by Odeh

    Reply

    Yea that would be a good move but we have to wait and see how we land in the lottery! I’m praying for a top 3 pick (fingers crossed) that could land us John Wall and move Stuckey to the 2 or Demarcus Cousins or Derrick Favors.   If we get a big in the draft I’d like to say us move Tay or Rip for a PG and PF. If we dont get a big I would like to see us make a play for 2 big men via trade and our MLE.

    • May 6, 20102:54 pm
      by Dan Feldman

      Reply

      Honestly, I wouldn’t be disappointed with adding a big man in the draft, trade and free agency. It’s such a key position that it would only increase Detroit’s odds of finding one that works.

  • May 6, 20109:46 am
    by Daniel

    Reply

    Stuckey is a below-average player.  Dumars absolutely screwed the pooch choosing him over Billups.  Get over it.
     
    And for those of you thinking that the Pistons had a balanced, no superstar team the won the title, it’s just not true.  Ben Wallace was a top-5 NBA PLAYER without taking shots.  He was an absolute SUPERSTAR.  Billups was also a top-5 point guard for a short stretches.
     
    Notice the Pistons got 11 games worse and the Bulls got 8 games better when he switched teams.  He was injured in ’07-’08, but after the trade in his first full season replacing Drew Gooden, the Cavs improved 21 games (some of which can be attributed to West, Williams, Lebron).  Wallace was by far the best Pistons player this season, but it’s too little, too late as he’s 35 and can only play half the game.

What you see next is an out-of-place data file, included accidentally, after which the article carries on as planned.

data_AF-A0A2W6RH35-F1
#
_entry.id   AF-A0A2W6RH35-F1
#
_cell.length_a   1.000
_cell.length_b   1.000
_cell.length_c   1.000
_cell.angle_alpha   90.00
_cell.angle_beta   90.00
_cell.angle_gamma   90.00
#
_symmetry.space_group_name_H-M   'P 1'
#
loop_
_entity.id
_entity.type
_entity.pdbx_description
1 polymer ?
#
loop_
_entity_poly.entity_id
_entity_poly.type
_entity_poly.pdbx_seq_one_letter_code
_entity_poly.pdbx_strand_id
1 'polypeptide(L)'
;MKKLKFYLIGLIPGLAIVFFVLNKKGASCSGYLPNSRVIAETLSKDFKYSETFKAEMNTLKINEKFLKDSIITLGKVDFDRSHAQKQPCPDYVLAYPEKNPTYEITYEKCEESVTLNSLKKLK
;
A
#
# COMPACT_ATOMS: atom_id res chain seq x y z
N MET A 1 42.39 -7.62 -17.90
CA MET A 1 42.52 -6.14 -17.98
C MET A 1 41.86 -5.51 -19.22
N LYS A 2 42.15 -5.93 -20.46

• May 6, 20103:13 pm
      by Dan Feldman

      Reply

      In hindsight, trading Billups was a mistake. But that doesn’t mean Stuckey is below average. He’s far from that.

      And I’m the first (or second behind you, in this case) to say Ben Wallace was a superstar. He was a top-3-or-so player in the league for a stretch.

      But I still think that title team was balanced in that the top player (Wallace) was closer to the fifth-best player (Tayshaun Prince) than the typical championship team. For comparison, look at last year’s champion. The difference between Kobe Bryant and Derek Fisher was bigger than between Wallace and Prince.

      Also, I don’t think the Pistons let Ben Wallace go because they thought he was washed up. I think they let him go because he was no longer worth $15 million per year. And they were probably right.

  • May 6, 201010:50 am
    by brgulker

    Reply

    I don’t know what it’s going to take in Piston land to convince fans or the organization that Rodney isn’t (and IMO never will be) “the guy.” I don’t see him ever becoming the type of player who can carry the offense for a winning team. At best, he’s an explosive bench player on a good team. At worst, he keeps doing what he’s done so far, which is take and miss far too many shots for his team to be successful.